• ericn March 27, 2013 1:43 pm #

      Hi Paul,

      I’m not certain what X magic is needed to drive both displays. I suspect that it involves Xinerama, but that could be wrong.

      I can explain the early boot cycle thing: U-Boot only has support for one display. Re-working it to support multiple would require hacking drivers/video/mxc_ipuv3_fb.c and associated modules in the U-Boot sources.

      • PaulD March 27, 2013 2:49 pm #

        Thanks for the response. I have been playing with Xinerama without any luck so far.

        Should I be able to have dual displays when the uImage is booting? I have an iWave board that displays penguins on both displays after u-boot hands off to the uImage kernel boot. Our custom board only displays penguins on the display that is mapped to fb0, either hdmi or lvds. Not a big deal but would like to have both if possible. The display mapped to fb1 never even syncs until late in the kernel boot.

        • ericn March 27, 2013 3:19 pm #

          Hi Paul,

          Nice dig with the “my iWave board does ….” ;)

          Penguins are easy though. You’ll just need to unblank /dev/fb2 somewhere in the boot process:

          # echo 0 > /sys/class/graphics/fb2/blank

          Note that /dev/fb1 is the YUV overlay associated with /dev/fb0 though. It’s not normally the second display.

          You can get a more complete picture through this bit of shell-fu to browse the /sys tree:

          for fb in /sys/class/graphics/fb? ; do
               echo "----------- $fb";
               cat $fb/name;
               cat $fb/mode;
               cat $fb/fsl_disp_*;
  9. PaulD March 28, 2013 11:29 am #

    New finding on the Dual Screen issue with our iMX6Q custom board. I found the following error in my Xorg.0.log file – Screen 1 deleted because of no matching config section. This would explain why I cannot utilize the second display. Any ideas what is missing?

    [ 73.592] (II) VIVANTE: fb driver for vivante: VivanteGC500, VivanteGC2100,
    [ 73.593] (++) using VT number 7

    [ 73.593] (WW) Falling back to old probe method for vivante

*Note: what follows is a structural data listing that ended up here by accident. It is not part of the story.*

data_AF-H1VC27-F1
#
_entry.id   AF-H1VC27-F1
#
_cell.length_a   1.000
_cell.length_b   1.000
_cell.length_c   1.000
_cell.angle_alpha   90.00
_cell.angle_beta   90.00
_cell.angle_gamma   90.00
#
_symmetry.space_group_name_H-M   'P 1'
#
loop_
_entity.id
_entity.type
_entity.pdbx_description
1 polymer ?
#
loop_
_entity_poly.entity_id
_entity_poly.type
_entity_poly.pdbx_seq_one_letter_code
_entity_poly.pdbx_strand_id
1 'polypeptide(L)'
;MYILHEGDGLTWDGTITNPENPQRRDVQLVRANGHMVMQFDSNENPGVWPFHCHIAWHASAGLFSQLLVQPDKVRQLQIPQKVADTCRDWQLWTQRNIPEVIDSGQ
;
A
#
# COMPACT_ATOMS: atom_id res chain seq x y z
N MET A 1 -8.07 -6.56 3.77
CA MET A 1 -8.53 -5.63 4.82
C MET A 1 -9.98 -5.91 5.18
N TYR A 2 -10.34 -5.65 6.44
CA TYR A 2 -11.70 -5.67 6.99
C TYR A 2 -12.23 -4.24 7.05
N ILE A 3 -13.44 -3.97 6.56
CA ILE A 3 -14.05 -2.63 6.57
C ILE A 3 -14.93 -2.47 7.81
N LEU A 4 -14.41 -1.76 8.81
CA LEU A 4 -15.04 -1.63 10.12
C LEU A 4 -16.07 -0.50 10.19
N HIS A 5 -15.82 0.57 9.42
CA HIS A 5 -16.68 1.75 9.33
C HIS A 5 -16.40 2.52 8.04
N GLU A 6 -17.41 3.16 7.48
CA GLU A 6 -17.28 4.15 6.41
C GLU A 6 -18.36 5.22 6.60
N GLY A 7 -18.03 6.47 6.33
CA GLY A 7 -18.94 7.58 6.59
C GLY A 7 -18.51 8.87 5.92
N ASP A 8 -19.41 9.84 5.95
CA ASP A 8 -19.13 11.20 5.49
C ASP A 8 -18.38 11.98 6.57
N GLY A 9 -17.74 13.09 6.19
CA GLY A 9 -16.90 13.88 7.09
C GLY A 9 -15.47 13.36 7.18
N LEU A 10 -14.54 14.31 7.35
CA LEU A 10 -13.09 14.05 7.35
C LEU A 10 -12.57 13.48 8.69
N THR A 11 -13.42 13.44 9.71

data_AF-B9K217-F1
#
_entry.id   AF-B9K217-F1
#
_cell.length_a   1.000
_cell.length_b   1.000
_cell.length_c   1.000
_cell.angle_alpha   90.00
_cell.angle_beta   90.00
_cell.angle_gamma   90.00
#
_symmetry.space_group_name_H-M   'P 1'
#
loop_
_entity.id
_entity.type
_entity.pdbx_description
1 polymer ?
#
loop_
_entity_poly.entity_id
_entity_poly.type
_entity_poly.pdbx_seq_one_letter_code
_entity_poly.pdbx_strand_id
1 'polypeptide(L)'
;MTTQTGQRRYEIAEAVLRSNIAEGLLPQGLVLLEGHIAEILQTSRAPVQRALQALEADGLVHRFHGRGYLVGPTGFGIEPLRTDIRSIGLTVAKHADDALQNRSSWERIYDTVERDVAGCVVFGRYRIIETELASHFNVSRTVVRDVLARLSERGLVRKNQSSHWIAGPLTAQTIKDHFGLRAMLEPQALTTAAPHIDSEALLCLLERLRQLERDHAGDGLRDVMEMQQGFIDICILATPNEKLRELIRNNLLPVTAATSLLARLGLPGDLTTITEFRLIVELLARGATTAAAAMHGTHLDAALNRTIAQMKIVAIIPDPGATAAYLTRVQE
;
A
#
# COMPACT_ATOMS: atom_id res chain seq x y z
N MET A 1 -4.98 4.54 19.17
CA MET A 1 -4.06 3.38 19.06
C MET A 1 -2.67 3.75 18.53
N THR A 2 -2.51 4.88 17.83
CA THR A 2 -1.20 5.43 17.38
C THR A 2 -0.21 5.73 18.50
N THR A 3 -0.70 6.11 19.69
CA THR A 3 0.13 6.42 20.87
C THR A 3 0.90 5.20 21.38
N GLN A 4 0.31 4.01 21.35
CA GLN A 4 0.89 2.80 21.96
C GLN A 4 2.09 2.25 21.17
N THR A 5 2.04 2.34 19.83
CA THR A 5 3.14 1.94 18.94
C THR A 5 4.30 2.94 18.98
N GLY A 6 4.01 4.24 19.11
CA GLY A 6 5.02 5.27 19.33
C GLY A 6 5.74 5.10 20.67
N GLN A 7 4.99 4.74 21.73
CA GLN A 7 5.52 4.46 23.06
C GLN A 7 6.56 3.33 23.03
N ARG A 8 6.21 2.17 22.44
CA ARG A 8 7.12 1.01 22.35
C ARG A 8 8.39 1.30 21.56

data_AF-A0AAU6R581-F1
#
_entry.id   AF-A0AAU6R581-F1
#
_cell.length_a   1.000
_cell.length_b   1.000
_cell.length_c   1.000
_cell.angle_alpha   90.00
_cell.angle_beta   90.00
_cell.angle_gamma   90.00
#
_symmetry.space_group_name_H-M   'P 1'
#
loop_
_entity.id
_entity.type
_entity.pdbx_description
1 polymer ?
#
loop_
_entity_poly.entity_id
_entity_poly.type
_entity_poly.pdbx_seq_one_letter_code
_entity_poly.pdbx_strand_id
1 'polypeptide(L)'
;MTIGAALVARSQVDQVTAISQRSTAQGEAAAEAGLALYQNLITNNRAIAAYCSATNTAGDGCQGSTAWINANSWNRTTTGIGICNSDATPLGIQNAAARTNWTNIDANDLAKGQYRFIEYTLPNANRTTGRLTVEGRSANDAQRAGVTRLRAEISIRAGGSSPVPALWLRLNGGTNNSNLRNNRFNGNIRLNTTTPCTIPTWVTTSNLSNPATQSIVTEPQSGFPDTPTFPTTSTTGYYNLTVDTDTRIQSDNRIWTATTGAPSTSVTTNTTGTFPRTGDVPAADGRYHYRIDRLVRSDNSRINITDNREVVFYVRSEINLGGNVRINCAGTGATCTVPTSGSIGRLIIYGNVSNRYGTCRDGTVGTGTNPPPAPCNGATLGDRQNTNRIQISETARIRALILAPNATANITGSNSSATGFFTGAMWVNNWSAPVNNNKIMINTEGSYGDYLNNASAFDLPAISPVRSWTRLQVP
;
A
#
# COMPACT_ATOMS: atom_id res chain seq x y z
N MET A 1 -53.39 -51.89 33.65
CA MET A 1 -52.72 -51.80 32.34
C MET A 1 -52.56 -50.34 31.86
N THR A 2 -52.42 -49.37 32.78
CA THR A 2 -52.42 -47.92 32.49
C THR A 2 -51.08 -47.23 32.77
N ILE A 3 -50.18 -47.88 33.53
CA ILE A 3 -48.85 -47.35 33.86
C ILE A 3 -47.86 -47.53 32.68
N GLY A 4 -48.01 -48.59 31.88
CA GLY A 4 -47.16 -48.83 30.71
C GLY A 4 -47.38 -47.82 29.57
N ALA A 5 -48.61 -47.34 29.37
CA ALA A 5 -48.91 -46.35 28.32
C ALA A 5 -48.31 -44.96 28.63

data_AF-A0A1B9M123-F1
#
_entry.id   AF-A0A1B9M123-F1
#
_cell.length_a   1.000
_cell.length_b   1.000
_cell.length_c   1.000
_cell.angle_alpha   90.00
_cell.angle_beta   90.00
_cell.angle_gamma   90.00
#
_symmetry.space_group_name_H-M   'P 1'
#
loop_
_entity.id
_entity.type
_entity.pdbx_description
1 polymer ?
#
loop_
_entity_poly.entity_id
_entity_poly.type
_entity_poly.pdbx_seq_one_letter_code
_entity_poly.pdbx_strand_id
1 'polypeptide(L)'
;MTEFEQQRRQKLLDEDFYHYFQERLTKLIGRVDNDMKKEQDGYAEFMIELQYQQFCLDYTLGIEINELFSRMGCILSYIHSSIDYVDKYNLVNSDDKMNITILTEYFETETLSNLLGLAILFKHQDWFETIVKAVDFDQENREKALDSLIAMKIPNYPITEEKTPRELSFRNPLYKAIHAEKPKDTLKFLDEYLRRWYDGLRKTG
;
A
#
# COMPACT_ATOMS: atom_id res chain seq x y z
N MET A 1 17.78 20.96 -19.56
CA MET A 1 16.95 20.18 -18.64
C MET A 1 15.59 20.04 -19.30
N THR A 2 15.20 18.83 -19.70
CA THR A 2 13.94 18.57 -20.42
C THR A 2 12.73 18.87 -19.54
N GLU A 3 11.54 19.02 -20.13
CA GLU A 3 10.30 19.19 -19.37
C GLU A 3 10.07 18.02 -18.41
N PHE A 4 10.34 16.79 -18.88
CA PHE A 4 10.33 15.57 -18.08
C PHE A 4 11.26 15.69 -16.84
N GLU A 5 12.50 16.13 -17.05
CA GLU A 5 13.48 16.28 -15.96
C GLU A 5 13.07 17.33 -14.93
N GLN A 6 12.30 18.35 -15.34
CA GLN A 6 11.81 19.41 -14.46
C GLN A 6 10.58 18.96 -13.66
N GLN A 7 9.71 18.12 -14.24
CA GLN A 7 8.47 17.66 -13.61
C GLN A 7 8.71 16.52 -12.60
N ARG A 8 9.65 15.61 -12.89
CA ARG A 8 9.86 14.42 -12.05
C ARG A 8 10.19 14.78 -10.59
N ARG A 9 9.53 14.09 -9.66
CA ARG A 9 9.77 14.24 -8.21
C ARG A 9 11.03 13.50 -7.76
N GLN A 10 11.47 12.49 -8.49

[ 73.593] (II) Loading sub module “fbdevhw”
    [ 73.593] (II) LoadModule: “fbdevhw”
    [ 73.594] (II) Loading /usr/lib/xorg/modules/
    [ 73.605] (II) Module fbdevhw: vendor=”X.Org Foundation”
    [ 73.605] compiled for 1.10.4, module version = 0.0.2
    [ 73.605] ABI class: X.Org Video Driver, version 10.0
    [ 73.606] (II) Loading /usr/lib/xorg/modules/drivers/
    [ 73.606] (II) Loading /usr/lib/xorg/modules/
    [ 73.606] (II) VIVANTE(0): using default device
    [ 73.606] (II) Loading /usr/lib/xorg/modules/drivers/
    [ 73.606] (II) Loading /usr/lib/xorg/modules/
    [ 73.606] (II) VIVANTE(1): using default device
    [ 73.606] (WW) VGA arbiter: cannot open kernel arbiter, no multi-card support
    [ 73.606] (EE) Screen 1 deleted because of no matching config section.
    [ 73.606] (II) UnloadModule: “vivante”
    [ 73.606] (II) Unloading vivante
    [ 73.606] (II) UnloadModule: “fbdevhw”
    [ 73.606] (II) Unloading fbdevhw
    [ 73.607] (II) VIVANTE(0): Creating default Display subsection in Screen section

  10. Soujanya April 8, 2013 11:53 pm #

    I am interfacing 1920X1080 LVDS bit display with IMX6 custom board(sabrelite).I changed the u-boot environment variables as below: video=mxcfb0:dev=ldb,LDB-1080P60,if=RGB24,ldb=spl0,
    but i am unable to see anything on the display, are there any other configurations that need to taken care of?

  11. Mughees Ahmed Chohan May 31, 2013 2:56 am #


    I am working with the Freescale LVDS Display in a proprietary RTOS using sabre lite platform. I have got the display working but I am unable to find any documentation about the TOUCHSCREEN CONTROLLER present on this LCD. There is no information available about it on the Freescale Website. I shall be glad if anyone is able to help on this. Thanks.

    Mughees Ahmed Chohan

    • ericn May 31, 2013 6:27 am #

      Hi Mughees,

      We don’t have any documentation on the touch controller (an EETI eGalax 5-pointer device), but we do have the source code, and it has a very simple interface.

      You may be able to get more information directly from EETI.

  12. Andrew June 26, 2013 7:07 am #

    Hi Eric, just to confirm if we are using an RGB 666 lcd with the the sabrelite, then the RGB signals mappings are as follows, right?:
    R7:R2 – DISP0_DAT23:DISP0_DAT18
    G7:G2 – DISP0_DAT15:DISP0_DAT10
    B7:B2 – DISP0_DAT7:DISP0_DAT2

  13. Andrew June 28, 2013 11:53 pm #

    Hi Eric, I am having difficulty interfacing to a 2.4 inch lcd screen in RGB666 mode with the sabrelite. I’ve spent 6+ hrs trying to debug it, hence seeking help here. I am using this mapping:
    R7:R2 – DISP0_DAT23:DISP0_DAT18
    G7:G2 – DISP0_DAT15:DISP0_DAT10
    B7:B2 – DISP0_DAT7:DISP0_DAT2
    I’ve posted the image irregulaties I am seeing here:

    Do you know what this could be? and do I have the mapping right? Regards

    • ericn June 29, 2013 9:51 am #

      Hi Andrew,

      What are you using for the video= clause in the kernel command-line?

      • Andrew June 29, 2013 10:05 am #

        I am using the following:

        but when I run fbset -s, I get the following:

        mode “240×320-55″
        # D: 5.510 MHz, H: 18.367 kHz, V: 54.663 Hz
        geometry 240 320 240 320 16
        timings 181488 49 1 4 10 10 2
        rgba 5/11,6/5,5/0,0/0

        which seems to indicate that it is configured for RGB565. Either way is fine with me, as long as I get the pin mappings right. I think thats where I am messing up.

        • ericn June 29, 2013 10:23 am #

          Hi Andrew,

          The 565 reference is to the in-memory pixel format, not the output.